WATCH: ESPN honors trans-identified male swimmer Lia Thomas for Women’s History Month

"People will say, 'Oh, she just transitioned so she would have an advantage so she could win.' I transitioned to be happy."

As part of a their celebration of Women’s History Month, ESPN highlighted former University of Pennsylvania swimmer Lia Thomas, a biological male who identifies as female and joined the women's swimming team. Thomas went on the break women's swimming records and win titles and accolades.

Thomas’ wins during the 2021-22 NCAA women’s swim season caused a national outcry about the unfairness of transgender women competing against biological females.

The segment stated, “In 2022, swimmer Lia Thomas became the first transgender athlete to win an NCAA Division I Championship by winning the 500 Freestyle. The Texas native competed for three seasons on the men’s swim team at the University of Pennsylvania.”

Thomas said during the segment, “People will say, ‘Oh, she just transitioned so she would have an advantage so she could win.’ I transitioned to be happy.” 

Twelve-time All-American female swimmer Riley Gaines slammed the sports network for airing the segment promoting a biological male during ESPN’s feature “Celebrating Women’s History Month.”

Gaines wrote on Twitter, “Lia Thomas is not a brave, courageous woman who EARNED a national title. He is an arrogant, cheat who STOLE a national title from a hardworking, deserving woman.”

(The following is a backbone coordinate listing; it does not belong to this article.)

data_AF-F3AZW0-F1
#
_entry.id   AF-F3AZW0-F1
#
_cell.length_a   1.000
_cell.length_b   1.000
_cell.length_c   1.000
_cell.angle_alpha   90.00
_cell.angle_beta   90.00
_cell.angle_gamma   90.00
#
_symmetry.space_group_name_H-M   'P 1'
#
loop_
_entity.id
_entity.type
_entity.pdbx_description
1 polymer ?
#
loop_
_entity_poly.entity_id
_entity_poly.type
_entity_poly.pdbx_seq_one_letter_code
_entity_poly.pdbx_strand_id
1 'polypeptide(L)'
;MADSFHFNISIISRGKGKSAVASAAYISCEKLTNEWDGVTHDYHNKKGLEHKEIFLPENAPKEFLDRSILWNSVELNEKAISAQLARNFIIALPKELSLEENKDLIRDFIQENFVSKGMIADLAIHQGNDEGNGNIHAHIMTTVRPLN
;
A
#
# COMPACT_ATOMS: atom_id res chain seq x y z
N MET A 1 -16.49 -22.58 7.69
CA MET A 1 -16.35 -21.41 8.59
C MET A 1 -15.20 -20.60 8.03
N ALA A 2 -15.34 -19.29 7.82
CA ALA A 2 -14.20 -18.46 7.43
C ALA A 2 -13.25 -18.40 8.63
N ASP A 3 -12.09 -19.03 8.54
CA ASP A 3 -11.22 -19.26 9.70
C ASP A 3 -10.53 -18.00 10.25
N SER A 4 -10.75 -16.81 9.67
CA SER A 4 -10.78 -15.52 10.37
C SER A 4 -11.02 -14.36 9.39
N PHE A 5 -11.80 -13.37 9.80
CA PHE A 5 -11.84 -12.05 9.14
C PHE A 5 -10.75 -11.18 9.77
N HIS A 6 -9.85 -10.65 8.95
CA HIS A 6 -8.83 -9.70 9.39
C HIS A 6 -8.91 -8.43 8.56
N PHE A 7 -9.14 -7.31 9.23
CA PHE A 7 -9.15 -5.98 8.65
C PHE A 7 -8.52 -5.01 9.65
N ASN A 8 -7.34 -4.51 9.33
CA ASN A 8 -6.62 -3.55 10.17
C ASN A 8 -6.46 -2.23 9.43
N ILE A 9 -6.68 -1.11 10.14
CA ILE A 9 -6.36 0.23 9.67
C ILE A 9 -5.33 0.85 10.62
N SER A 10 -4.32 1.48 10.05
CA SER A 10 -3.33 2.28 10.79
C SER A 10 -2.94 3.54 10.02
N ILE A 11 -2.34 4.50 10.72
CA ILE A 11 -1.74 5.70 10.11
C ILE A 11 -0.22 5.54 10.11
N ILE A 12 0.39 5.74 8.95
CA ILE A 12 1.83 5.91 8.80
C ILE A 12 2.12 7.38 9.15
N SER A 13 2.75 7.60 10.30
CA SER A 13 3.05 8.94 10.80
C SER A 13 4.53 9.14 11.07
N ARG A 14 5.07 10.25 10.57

She continued, “The NCAA is responsible. If I was a woman working at ESPN, I would walk out. You’re spineless ESPN #boycottESPN”

On Thursday, the World Athletics Council announced that it won’t allow transgender athletes to compete against women in female World Rankings competitions by banning “male-to-female transgender athletes who have been through male puberty.”

World Athletics’ Sebastian Coe said regarding the decision, "We will be guided in this by the science around physical performance and male advantage, which will inevitably develop over the coming years. As more evidence becomes available, we will review our position, but we believe the integrity of the female category in athletics is paramount."

According to the organization, it consulted with Member Federations, the Global Athletics Coaches Academy and Athletes’ Commission, and the IOC when making its decision and that there was “little support within the sport for the option that was first presented to stakeholders, which required transgender athletes to maintain their testosterone levels below 2.5nmol/L for 24 months to be eligible to compete internationally in the female category.”

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